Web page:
TDCI Warns Consumers About New Twist on Tax Refund Scam

Thursday, February 22, 2018 | 12:35pm

NASHVILLE – With tax filing season underway, the Tennessee Department of Commerce & Insurance’s (TDCI) Division of Consumer Affairs is sharing a warning from the Internal Revenue Service (IRS) that cautions consumers about a new scam tactic involving erroneous tax refund deposits.

According to the IRS, the scam began with cybercriminals employing malware to mine client data from tax professionals’ computers. The criminals use the stolen data to file fraudulent tax returns, listing the taxpayers' real bank accounts for the deposit. Thieves then utilize various, ever-evolving tactics to reclaim the refund from the taxpayers.

In one version of the scam, criminals pose as debt collection agency officials acting on behalf of the IRS. They contact the taxpayers to say a refund was deposited in error, and they ask the taxpayers to forward the money to their collection agency.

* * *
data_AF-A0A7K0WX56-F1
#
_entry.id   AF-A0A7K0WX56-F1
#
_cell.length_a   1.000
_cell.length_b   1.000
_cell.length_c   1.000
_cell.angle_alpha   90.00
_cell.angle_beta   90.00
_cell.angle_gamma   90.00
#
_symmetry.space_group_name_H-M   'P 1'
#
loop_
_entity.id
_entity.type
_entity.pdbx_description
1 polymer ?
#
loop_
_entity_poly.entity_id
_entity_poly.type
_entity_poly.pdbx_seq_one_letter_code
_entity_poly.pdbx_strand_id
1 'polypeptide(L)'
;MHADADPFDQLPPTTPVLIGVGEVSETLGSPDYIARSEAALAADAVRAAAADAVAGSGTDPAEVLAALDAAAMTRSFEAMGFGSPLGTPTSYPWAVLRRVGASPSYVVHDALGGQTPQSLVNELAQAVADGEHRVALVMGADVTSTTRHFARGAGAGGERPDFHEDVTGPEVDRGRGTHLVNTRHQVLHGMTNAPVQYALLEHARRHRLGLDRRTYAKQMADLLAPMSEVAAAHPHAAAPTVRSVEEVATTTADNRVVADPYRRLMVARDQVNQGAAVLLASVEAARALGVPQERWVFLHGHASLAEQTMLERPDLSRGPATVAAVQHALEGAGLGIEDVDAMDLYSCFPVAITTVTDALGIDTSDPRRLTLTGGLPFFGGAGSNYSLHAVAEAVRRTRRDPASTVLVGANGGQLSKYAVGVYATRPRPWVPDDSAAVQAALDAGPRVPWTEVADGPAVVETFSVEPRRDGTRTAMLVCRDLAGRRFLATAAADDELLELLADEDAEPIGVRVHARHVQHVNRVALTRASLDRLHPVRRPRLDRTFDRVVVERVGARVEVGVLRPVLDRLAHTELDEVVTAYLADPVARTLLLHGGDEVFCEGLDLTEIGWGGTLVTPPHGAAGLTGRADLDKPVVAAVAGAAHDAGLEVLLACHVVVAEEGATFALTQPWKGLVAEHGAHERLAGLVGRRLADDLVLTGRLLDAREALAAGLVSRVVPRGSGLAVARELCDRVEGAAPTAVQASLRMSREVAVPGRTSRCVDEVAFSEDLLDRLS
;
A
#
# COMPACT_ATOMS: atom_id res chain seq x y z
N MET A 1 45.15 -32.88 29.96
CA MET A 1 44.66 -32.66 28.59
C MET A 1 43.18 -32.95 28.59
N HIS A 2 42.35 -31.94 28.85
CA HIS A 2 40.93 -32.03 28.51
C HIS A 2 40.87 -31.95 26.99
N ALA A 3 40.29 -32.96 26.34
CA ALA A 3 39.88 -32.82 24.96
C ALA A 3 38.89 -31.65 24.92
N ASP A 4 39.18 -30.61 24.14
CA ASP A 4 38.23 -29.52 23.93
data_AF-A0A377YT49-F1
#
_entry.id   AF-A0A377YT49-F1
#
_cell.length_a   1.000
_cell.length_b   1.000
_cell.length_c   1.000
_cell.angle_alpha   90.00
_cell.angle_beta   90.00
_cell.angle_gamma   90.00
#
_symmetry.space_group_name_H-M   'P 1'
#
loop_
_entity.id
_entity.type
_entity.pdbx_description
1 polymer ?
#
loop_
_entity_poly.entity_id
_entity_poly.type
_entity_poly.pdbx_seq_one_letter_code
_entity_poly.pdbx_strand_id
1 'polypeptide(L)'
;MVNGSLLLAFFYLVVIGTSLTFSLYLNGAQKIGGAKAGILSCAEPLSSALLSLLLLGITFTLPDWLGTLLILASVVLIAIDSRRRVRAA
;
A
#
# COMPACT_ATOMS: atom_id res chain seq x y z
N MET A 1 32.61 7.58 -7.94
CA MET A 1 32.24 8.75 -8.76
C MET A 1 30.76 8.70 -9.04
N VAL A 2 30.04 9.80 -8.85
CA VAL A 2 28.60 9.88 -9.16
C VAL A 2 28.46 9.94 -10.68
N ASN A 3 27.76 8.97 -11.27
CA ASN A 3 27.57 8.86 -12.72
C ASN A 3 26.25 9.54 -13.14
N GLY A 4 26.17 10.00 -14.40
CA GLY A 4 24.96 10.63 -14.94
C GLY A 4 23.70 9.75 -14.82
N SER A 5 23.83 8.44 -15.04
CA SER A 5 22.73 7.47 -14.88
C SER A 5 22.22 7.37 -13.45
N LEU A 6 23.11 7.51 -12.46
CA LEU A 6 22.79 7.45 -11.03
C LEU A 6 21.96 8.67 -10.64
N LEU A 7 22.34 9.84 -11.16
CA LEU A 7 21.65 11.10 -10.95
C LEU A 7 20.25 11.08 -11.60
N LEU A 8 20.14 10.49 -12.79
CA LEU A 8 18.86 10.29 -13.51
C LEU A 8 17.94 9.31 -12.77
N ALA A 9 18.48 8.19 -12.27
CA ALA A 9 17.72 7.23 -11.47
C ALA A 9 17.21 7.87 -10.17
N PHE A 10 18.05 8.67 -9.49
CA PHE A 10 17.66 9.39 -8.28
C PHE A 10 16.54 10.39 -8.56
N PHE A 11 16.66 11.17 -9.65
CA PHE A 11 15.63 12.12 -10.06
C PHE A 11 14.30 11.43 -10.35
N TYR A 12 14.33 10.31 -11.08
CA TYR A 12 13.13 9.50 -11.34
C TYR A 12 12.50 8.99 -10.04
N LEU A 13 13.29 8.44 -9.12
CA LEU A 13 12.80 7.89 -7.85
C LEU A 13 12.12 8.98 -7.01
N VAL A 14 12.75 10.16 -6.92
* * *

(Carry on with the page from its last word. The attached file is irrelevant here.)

In another version, the taxpayer who received the erroneous refund gets an automated call with a recorded voice saying he is from the IRS and threatens the taxpayer with criminal fraud charges, an arrest warrant and a “blacklisting” of their Social Security Number. The recorded voice gives the taxpayer a case number and a telephone number to call to return the refund.

The IRS urges taxpayers who are affected by this scam to follow these established official procedures for returning an erroneous refund to the agency. The IRS also encourages taxpayers to discuss the issue with their financial institutions because there may be a need to close bank accounts. Taxpayers receiving erroneous refunds also should contact their tax preparers immediately.

TDCI reminds consumers that the IRS will never:

  • Ask for credit or debit card numbers over the phone or email. 
  • Call or email you to verify your identity by asking for personal and financial information.                                                                
  • Call to demand immediate payment using a specific payment method such as a prepaid debit card, gift card or wire transfer. Generally, the IRS will first mail you a bill if you owe any taxes.
  • Threaten to immediately bring in local police or other law-enforcement groups to have you arrested for not paying. 
  • Demand payment without giving you the opportunity to question or appeal the amount they say you owe.   

Consumers can find more detailed information about this and other tax refund scams, by visiting the IRS website.

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